Shabbat Parashat Tzav| 5765
Close to four years ago, when we began Hemdat Yamim and explained the significance to us of P’ninat Mishpat, we brought the following two paragraphs of backgound. Eretz Hemdah has been running the kollel away from the public eye for 17 years. From time to time, it is appropriate to remind our readership about our mission. As we will mention at the end, at this time we have some very good news in this regard that we are proud to share with our readership.
The cornerstone of Eretz Hemdah is our kollel for dayanut (training Rabbinical Court justices). It is our conviction that a critical element in the further, spiritual development of the State of Israel is an effective Rabbinical Court system. Our core philosophy in educating young rabbis is that a rabbi (dayan or other) is a leader. For him to function best, there should be mutual respect between the leader and the community. This approach is reflected in our selection of kollel fellows (all I.D.F. members) and the fact that all of them volunteer weekly in a variety of communal activities serving a broad spectrum of Israeli society. Dayanim with such a background can more effectively bridge the gap with the general Israeli populace within the sensitive atmosphere of the Rabbinical Courts.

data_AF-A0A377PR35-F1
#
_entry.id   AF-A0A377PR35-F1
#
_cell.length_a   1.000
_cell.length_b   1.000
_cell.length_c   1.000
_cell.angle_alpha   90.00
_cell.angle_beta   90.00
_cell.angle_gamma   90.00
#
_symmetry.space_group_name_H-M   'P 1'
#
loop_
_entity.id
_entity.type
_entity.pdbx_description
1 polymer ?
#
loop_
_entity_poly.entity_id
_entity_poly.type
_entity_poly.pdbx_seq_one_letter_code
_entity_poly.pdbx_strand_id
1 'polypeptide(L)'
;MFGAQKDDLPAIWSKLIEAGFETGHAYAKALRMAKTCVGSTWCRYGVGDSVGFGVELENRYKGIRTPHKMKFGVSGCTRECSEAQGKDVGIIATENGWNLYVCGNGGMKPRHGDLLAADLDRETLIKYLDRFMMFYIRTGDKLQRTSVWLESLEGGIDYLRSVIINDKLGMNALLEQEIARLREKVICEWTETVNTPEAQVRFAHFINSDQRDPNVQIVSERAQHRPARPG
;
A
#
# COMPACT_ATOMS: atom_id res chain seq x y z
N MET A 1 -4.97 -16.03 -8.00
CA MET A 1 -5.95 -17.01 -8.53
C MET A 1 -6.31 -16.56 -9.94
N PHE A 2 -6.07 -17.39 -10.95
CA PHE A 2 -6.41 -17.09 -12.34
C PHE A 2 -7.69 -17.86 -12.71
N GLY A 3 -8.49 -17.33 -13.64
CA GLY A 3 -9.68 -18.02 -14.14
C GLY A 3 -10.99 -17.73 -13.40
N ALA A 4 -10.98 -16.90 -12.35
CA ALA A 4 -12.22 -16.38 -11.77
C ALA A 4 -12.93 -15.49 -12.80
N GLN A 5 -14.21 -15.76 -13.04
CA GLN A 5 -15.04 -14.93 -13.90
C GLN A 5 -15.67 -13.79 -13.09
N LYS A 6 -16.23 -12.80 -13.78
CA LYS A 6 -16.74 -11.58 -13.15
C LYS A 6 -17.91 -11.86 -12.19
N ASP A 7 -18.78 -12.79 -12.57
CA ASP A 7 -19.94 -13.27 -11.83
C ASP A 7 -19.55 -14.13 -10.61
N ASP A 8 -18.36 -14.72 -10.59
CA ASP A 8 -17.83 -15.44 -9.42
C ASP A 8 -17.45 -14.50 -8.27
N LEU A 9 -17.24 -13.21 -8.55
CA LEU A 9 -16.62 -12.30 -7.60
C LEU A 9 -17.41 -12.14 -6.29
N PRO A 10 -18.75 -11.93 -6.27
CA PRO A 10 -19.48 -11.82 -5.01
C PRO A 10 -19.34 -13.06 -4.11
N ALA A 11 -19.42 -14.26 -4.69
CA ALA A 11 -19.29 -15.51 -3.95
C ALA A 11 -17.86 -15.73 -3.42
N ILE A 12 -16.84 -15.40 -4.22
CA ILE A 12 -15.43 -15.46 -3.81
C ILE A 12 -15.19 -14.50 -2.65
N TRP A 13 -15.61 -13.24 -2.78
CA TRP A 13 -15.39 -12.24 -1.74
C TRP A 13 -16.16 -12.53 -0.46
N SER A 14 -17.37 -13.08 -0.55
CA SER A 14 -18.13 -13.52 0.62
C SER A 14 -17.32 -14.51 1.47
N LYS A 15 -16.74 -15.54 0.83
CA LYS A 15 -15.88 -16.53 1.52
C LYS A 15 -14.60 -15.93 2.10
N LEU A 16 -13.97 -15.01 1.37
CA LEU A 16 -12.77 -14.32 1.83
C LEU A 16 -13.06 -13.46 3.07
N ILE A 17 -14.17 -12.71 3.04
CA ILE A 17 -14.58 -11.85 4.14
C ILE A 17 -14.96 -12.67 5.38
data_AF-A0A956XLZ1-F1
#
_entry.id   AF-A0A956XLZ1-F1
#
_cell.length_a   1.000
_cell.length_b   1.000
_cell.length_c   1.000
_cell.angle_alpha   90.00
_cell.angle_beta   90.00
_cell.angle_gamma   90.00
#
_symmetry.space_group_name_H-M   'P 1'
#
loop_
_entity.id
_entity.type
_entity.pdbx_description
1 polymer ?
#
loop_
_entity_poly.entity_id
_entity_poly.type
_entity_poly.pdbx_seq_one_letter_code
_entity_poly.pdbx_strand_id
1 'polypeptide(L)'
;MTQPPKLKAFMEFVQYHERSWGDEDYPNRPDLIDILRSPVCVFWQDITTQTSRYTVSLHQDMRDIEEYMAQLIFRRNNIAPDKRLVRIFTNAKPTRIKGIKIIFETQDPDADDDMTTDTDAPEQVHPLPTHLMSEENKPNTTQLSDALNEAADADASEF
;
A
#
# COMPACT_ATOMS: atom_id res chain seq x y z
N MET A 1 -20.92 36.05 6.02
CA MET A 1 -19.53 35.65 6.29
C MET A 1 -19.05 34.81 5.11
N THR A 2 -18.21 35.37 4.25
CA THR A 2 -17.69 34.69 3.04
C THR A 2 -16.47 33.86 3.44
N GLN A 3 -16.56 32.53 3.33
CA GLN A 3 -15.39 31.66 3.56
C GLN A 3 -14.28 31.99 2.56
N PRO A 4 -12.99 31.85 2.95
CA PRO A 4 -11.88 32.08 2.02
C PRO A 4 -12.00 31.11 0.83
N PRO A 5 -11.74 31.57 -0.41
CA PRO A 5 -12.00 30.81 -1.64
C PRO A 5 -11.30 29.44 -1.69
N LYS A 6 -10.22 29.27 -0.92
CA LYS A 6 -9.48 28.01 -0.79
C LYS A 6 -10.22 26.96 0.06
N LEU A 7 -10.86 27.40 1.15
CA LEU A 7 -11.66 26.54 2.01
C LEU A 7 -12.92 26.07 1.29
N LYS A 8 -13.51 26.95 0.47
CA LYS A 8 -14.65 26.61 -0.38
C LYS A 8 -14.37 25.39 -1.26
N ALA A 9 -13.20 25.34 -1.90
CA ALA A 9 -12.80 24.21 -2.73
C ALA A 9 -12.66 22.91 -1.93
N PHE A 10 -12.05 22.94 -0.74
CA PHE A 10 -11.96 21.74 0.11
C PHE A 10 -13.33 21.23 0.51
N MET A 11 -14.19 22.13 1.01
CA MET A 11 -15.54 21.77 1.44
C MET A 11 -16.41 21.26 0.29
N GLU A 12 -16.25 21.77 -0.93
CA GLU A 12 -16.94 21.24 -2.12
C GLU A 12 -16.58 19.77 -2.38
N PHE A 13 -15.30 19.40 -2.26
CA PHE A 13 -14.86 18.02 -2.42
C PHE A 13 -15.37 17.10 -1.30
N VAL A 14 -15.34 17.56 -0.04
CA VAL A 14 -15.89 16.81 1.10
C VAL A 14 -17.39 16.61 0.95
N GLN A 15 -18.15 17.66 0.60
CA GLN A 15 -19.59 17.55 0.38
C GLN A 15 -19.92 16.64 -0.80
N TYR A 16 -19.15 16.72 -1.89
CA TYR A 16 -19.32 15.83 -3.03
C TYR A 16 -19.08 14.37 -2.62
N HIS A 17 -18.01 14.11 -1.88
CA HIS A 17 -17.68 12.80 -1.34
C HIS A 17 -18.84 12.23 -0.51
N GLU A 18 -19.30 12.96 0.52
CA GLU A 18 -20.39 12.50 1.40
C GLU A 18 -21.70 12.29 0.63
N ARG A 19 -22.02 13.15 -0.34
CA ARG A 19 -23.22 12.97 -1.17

We regret that the practice of going to a din Torah (adjudication at a Rabbinical Court) to resolve disputes is avoided by most, and not because they are able to work out their disputes alone. Part of the blame belongs to the Rabbinical Courts, which have not succeeded sufficiently in representing the Torah in a more attractive way to society at large, while remaining true to halacha. Another major problem is the community’s lack of awareness and appreciation of the vitality and relevance of our timeless Torah laws to a modern society.
We just received the results to our young rabbis’ examinations at the Chief Rabbinate toward receiving the prestigious degree to enable a rabbi to serve as a rabbinical judge (kosher l’dayanut). The subject matter was all of Even Haezer, making the examination arguably the most difficult and important of the five tests. Out of the 23 of our students who took the examination, 22 passed (96%). The national average, excluding Eretz Hemdah, was 54%. More than half of our young rabbis received a high grade, compared to just over 10% nationwide. We wish the entire Eretz Hemdah family to continue fulfilling the charge of “yagdilTorah v’ya’adir,” to glorify the Torah and spread it.
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